|Home | About | Journals | Submit | Contact Us | Français|
Conceived and designed the experiments: PKA GG. Performed the experiments: PKA EA CKEB. Analyzed the data: PKA EA CKEB EA GG. Contributed reagents/materials/analysis tools: EA GG. Wrote the paper: PKA GG.
Exosomes are endosome-derived vesicles that are released when multi-vesicular bodies (MVBs) fuse with the plasma membrane. Exosomes released from mycobacteria-infected cells have recently been shown to be pro-inflammatory. A prominent host molecule that is found within these exosomes is Hsp70, a member of the heat-shock family of proteins.
We first characterized the exosomes purified from control and mycobacteria-infected cells. We found that relative to uninfected cells, macrophages infected with M. smegmatis and M. avium release more exosomes and the exosomes they released had more Hsp70 on their surface. Both exosomes and exogenous Hsp70 treatment of macrophages led to NF-κB activation and TNFα release in uninfected macrophages; Hsp70 levels were elevated in mycobacteria-infected cells. Macrophage treatment with Hsp70 also led to increase in the phagocytosis and maturation of latex-bead phagosomes. Finally, Hsp70 pre-incubation of M. smegmatis- and M. avium-infected cells led to increased phago-lysosome fusion, as well as more killing of mycobacteria within macrophages.
Our results fit into an emerging concept whereby exosomes-containing Hsp70 are effective inducers of inflammation, also in response to mycobacterial infection.
Phagocytosis involves engulfment of particles such as microbes by internalization of a sub-domain of the plasma membrane, resulting in a vesicle called the phagosome. This undergoes a maturation process involving fusion with multiple compartments of the endocytic pathway, of which the last station is the lysosomes . Mycobacteria are prominent examples of bacteria that enter host macrophages by phagocytosis , . A striking characteristic of pathogenic mycobacteria is that they inhibit the fusion of their phagosomes with the late endosome/lysosome pathway and, as a consequence, survive and grow within macrophage , . One of the mechanisms that contributes to blocking the phagosome-lysosome pathway and subvert the macrophage microbicidal functions is through the lipid-rich cell wall of mycobacteria, which includes components that are immunomodulatory , , . This lipid-rich cell wall is also prone to shedding within the mildly acidic environment of the early-stage-arrested macrophage phagosome . These components, that include glycopeptidolipids (GPLs), lipoarabinomannan (LAM), phosphatidylinositol mannoside (PIM) and the 19 kDa lipoprotein are carried through into the endosome-phagosome network , . From there it has been suggested that they enter MVBs and then are released to the extracellular media within vesicles referred to as exosomes , , .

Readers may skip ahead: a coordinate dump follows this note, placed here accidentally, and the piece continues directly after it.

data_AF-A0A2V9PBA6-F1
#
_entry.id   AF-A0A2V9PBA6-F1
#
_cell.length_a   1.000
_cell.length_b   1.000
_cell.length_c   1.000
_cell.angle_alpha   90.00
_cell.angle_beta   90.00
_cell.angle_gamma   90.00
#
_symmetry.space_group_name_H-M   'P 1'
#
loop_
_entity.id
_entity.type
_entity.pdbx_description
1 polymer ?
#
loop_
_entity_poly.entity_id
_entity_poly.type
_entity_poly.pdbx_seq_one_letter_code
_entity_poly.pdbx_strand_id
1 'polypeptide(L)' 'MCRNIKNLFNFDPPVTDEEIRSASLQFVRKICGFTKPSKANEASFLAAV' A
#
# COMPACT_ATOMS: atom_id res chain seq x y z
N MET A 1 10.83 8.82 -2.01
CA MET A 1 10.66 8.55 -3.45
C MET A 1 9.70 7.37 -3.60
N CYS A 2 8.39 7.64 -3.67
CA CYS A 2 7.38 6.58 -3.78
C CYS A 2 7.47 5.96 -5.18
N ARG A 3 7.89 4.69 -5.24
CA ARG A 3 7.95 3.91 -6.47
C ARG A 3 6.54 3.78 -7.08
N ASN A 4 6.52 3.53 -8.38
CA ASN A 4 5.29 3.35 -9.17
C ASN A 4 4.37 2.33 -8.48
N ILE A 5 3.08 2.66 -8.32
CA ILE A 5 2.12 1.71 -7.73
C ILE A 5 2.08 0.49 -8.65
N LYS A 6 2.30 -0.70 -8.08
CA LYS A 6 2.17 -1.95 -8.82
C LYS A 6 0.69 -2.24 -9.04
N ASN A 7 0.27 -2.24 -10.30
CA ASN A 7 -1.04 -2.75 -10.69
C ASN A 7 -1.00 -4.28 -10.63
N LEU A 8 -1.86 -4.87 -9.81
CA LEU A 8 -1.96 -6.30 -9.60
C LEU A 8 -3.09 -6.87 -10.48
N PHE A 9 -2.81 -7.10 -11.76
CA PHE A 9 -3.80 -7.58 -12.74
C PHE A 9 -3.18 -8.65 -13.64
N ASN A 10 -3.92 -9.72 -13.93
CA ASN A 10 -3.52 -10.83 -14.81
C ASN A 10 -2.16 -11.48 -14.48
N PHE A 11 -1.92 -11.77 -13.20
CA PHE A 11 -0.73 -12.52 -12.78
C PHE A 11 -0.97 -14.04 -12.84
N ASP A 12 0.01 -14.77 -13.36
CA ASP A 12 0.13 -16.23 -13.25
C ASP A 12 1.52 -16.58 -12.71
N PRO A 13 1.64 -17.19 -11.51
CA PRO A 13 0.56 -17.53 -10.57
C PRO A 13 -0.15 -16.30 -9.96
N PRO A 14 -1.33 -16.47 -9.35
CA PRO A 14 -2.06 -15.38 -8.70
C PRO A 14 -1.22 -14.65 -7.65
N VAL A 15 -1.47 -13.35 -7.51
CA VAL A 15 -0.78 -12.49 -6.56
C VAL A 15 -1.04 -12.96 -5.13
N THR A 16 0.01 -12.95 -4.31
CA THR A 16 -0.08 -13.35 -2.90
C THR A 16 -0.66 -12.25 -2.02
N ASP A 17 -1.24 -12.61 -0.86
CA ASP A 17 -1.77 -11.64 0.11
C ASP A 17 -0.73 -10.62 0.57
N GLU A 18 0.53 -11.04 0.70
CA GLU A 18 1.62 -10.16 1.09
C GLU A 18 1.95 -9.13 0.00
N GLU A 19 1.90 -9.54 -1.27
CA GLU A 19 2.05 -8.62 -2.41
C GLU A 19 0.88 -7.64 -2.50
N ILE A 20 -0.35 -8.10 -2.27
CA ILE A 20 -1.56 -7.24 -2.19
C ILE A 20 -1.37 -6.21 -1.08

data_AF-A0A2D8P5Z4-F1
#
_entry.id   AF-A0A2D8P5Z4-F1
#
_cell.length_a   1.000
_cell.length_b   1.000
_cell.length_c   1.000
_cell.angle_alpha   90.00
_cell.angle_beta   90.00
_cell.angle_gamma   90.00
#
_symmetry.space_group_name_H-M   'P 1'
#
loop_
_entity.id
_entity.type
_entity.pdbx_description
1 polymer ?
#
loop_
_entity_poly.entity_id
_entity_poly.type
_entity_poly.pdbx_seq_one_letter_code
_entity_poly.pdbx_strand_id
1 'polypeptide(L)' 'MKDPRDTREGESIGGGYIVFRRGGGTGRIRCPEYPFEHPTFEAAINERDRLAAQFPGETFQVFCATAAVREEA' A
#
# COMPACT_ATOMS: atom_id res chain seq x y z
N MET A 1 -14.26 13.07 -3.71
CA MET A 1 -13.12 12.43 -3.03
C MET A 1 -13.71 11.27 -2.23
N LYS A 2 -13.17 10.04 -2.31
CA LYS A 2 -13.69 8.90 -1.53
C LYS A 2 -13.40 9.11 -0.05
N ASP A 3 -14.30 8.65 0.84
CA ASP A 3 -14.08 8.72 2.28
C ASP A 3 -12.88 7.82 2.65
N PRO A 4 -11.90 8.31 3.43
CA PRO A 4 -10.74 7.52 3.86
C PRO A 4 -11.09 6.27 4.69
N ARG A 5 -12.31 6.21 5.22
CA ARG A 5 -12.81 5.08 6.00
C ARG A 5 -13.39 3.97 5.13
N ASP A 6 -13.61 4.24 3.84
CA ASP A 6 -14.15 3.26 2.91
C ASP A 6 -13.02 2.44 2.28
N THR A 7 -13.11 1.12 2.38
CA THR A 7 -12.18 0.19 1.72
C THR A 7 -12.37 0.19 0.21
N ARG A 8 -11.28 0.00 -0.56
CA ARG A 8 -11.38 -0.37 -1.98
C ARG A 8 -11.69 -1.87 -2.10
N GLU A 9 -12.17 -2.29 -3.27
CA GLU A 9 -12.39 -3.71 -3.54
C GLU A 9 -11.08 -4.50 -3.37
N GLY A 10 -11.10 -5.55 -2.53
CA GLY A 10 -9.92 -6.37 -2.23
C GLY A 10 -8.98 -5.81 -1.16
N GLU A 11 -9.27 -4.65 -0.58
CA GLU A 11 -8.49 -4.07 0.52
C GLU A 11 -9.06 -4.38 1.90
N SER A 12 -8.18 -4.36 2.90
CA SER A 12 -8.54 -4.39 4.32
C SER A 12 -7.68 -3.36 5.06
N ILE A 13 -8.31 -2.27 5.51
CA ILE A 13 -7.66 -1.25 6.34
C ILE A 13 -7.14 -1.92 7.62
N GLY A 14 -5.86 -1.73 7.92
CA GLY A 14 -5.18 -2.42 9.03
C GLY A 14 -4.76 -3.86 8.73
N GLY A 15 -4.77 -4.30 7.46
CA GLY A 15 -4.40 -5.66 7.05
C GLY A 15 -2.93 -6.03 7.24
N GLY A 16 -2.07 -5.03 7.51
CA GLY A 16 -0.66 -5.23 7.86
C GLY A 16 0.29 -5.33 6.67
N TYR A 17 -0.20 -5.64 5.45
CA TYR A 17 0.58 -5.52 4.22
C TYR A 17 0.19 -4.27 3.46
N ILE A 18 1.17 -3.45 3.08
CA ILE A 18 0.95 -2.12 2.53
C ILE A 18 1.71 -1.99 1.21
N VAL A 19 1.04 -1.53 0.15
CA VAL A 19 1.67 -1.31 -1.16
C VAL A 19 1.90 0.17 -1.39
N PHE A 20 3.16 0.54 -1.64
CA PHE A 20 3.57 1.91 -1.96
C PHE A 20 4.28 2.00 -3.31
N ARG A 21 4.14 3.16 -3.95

Exosomes are endosome-derived vesicles (40–100 nm) formed during the formation of multi-vesicular bodies (MVBs). These MVBs can fuse with the plasma membrane, thus releasing their intra-luminal vesicles (ILVs) into the extracellular media, which are then known as exosomes , . The importance of these vesicles was first realized when they were isolated from antigen-presenting cells (APCs) and found to be promising in inducing an anti-tumor response , . Recently, a few reports have also highlighted the importance of exosomes isolated from macrophages that were infected with mycobacteria. These exosomes were found to be immunomodulatory and could stimulate bystander macrophages and neutrophils to secrete pro-inflammatory mediators, including TNFα and RANTES, and up-regulate iNOS expression , .
One of the major molecules that are found in these exosomes is macrophage heat shock protein 70 (Hsp70). Members of Hsp family are highly conserved proteins that are found in all prokaryotes and eukaryotes. Hsp70 primarily acts as an intracellular cytoplasmic chaperone and facilitates proper folding of naïve proteins and targets aberrantly folded or damaged proteins for degradation. Although previously considered as mostly an intracellular protein, Hsp70 is up regulated and then released outside cells in exosomes following various kinds of stimuli, notably heat-shock and stress , , . Studies with exogenous Hsp70 have shown that it can serve to alert the immune system and exert immunomodulatory effects , , . Recent findings have shown that Hsp70 binds various Toll-like receptors (TLRs) and elicits a rapid intracellular Ca2+ flux, activate NF-κB and thereby up-regulate the expression of pro-inflammatory cytokines and chemokines , , , , . Direct and indirect evidence has also implicated the presence of exogenous Hsp70 in promoting phagocytosis of opsonized bacterial particles by mouse macrophages in part by interacting with TLR7 , .